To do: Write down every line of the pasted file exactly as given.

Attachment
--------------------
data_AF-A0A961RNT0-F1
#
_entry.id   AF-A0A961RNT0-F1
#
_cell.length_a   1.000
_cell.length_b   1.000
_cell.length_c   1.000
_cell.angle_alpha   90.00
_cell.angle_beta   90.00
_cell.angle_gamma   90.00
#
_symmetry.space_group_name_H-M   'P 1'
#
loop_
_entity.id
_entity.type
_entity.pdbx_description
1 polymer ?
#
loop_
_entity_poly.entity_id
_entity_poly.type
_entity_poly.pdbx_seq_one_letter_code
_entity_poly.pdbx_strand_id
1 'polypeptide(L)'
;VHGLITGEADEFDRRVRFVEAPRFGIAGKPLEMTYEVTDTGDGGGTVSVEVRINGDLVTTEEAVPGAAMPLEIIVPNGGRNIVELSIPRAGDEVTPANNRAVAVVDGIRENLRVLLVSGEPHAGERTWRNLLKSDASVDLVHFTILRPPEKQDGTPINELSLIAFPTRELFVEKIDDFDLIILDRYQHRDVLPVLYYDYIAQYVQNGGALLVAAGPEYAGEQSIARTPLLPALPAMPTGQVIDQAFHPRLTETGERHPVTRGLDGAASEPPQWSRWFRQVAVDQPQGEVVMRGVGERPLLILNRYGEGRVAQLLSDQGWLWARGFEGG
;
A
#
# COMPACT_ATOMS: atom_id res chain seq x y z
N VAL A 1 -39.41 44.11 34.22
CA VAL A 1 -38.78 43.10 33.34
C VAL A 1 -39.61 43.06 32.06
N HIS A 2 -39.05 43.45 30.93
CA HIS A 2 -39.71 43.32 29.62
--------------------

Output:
data_AF-A0A961RNT0-F1
#
_entry.id   AF-A0A961RNT0-F1
#
_cell.length_a   1.000
_cell.length_b   1.000
_cell.length_c   1.000
_cell.angle_alpha   90.00
_cell.angle_beta   90.00
_cell.angle_gamma   90.00
#
_symmetry.space_group_name_H-M   'P 1'
#
loop_
_entity.id
_entity.type
_entity.pdbx_description
1 polymer ?
#
loop_
_entity_poly.entity_id
_entity_poly.type
_entity_poly.pdbx_seq_one_letter_code
_entity_poly.pdbx_strand_id
1 'polypeptide(L)'
;VHGLITGEADEFDRRVRFVEAPRFGIAGKPLEMTYEVTDTGDGGGTVSVEVRINGDLVTTEEAVPGAAMPLEIIVPNGGRNIVELSIPRAGDEVTPANNRAVAVVDGIRENLRVLLVSGEPHAGERTWRNLLKSDASVDLVHFTILRPPEKQDGTPINELSLIAFPTRELFVEKIDDFDLIILDRYQHRDVLPVLYYDYIAQYVQNGGALLVAAGPEYAGEQSIARTPLLPALPAMPTGQVIDQAFHPRLTETGERHPVTRGLDGAASEPPQWSRWFRQVAVDQPQGEVVMRGVGERPLLILNRYGEGRVAQLLSDQGWLWARGFEGG
;
A
#
# COMPACT_ATOMS: atom_id res chain seq x y z
N VAL A 1 -39.41 44.11 34.22
CA VAL A 1 -38.78 43.10 33.34
C VAL A 1 -39.61 43.06 32.06
N HIS A 2 -39.05 43.45 30.93
CA HIS A 2 -39.71 43.32 29.62